... plumber's art. So now back to this honorable and useful profession he returned. But it was as an assistant that he engaged himself; and it is the master plumber and not the assistant, who wears diamonds as large as hailstones and looks contemptuously upon the marble colonnades of Senator Clark's mansion. ...
— The Trimmed Lamp and Others • O Henry

... there had occurred another overturn. Detroit had been an important post during the Revolution, and though General Washington, Jefferson, and Clark had planned expeditions for its attack, it was, at the last, a bloodless capture, being included in the boundaries named in the Quebec Act. But the British counted on recapture, and the Indians were ...
— A Little Girl in Old Detroit • Amanda Minnie Douglas

... me of South Clark Street," remarked Brady, who had once served on the traffic squad in Chicago; and as no one asked him why, he volunteered that it was "because it's no ...
— Out of Time's Abyss • Edgar Rice Burroughs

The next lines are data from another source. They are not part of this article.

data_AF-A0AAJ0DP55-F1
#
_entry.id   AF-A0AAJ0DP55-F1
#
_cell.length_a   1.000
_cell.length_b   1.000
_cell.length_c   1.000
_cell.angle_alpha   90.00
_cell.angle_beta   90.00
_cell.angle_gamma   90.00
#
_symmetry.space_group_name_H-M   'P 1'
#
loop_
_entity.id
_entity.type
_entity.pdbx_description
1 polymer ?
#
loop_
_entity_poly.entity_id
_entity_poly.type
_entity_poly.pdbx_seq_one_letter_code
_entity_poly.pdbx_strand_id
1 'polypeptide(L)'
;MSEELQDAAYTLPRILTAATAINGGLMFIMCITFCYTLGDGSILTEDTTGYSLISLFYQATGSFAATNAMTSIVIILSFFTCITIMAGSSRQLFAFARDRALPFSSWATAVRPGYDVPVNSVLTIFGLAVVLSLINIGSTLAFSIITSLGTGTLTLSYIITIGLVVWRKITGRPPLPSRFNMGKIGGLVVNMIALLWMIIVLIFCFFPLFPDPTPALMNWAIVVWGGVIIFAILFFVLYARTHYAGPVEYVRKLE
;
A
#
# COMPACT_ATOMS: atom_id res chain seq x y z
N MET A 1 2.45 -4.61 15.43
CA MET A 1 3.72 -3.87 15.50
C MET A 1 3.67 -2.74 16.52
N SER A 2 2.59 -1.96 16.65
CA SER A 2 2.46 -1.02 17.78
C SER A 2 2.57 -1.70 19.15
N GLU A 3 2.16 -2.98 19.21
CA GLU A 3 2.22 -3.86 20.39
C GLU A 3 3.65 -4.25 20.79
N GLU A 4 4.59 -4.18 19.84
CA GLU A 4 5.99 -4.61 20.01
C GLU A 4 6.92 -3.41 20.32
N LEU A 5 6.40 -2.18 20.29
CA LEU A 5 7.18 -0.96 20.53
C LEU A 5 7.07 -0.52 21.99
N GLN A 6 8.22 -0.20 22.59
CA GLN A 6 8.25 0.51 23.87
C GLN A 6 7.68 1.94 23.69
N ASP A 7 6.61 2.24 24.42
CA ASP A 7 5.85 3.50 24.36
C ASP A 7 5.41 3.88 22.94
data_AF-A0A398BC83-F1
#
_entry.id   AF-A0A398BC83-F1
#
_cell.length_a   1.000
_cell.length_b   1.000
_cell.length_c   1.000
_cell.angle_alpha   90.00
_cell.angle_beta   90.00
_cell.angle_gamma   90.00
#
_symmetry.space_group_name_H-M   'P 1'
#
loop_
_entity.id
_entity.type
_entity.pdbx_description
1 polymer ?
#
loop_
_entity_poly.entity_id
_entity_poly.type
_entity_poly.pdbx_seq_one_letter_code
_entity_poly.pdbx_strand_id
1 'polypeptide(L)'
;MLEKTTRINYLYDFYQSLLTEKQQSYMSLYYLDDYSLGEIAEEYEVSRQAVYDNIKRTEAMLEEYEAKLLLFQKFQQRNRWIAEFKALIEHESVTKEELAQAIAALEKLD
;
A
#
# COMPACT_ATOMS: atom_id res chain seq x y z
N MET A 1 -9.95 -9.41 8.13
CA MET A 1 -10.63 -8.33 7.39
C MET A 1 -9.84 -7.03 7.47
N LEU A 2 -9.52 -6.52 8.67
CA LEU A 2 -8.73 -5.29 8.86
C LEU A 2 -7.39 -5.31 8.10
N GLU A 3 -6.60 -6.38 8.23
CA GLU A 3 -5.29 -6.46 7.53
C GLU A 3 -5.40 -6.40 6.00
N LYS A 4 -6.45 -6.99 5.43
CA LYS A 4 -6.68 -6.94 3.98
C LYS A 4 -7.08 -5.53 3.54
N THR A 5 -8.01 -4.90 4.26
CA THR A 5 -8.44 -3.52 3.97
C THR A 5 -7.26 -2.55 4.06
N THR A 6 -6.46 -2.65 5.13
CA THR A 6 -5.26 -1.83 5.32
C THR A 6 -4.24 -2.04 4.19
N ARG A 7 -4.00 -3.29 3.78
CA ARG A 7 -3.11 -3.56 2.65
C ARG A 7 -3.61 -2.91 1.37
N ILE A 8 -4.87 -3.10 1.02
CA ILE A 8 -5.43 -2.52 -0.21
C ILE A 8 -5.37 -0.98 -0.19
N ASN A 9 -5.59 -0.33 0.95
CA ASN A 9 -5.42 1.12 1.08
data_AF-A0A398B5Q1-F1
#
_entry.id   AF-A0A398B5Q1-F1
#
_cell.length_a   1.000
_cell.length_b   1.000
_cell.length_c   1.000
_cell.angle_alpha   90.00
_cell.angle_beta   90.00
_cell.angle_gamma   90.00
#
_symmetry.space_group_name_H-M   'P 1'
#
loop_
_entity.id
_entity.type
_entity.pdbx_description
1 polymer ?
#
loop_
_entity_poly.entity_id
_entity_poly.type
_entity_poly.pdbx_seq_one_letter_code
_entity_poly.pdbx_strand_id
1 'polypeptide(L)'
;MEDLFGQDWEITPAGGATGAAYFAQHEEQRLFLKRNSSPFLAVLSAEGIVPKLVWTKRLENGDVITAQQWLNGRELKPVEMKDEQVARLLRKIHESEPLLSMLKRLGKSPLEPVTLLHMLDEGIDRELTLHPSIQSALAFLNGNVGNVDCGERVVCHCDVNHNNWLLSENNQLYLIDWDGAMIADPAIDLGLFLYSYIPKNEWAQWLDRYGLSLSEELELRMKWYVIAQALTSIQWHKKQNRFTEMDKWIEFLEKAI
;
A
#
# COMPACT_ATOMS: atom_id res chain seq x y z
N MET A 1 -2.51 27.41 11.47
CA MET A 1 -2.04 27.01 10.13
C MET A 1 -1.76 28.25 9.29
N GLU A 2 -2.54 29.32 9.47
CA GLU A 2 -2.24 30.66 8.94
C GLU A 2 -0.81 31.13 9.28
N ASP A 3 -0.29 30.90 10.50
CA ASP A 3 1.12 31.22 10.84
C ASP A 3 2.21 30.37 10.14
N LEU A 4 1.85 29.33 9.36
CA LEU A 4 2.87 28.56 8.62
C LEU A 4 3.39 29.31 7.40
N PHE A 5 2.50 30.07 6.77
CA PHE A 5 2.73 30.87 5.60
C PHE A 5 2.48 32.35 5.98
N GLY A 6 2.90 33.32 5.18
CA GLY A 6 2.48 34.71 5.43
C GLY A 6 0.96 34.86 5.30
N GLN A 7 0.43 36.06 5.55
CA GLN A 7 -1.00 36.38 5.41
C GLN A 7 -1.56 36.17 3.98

... the lofty Equinox Mountain, whose contrasted magnificence was growing every moment more striking and beautiful in the beams of the low-descending sun. On the opposite side of the room stood the mild and gentlemanly Nathan Clark, the future speaker of the first legislature of Vermont; and by his side, the dark and rough-featured Gideon Olin, an embryo member of Congress, was leaning against the wall, with a countenance of mingled sternness ...
— The Rangers - [Subtitle: The Tory's Daughter] • D. P. Thompson

... waste of the Indians, As the river carries mud for the making of land. And taking the land of Illinois from kings And handing its allegiance to the Republic. What riflemen with Daniel Boone for leader, And conquerors with Clark for captain Plunge down like melted snows The rocks and chasms of forbidden mountains, And make more land for freemen! Clear-eyed, hard-muscled, dauntless hunters, Choppers of forests and tillers of fields Meet at last in ...
— Toward the Gulf • Edgar Lee Masters

... face; 'but you gentlefolk seem to be hardier to such things than us should be. And then you'll be able to speak them foreign langwidges. But it's to be hoped the cannibals won't get hold on you. I've only seen one person come back from foreign parts alive, and that was Tom Clark, and he was a sailor. But I reckon there are a few beside him that live to ...
— The Carved Cupboard • Amy Le Feuvre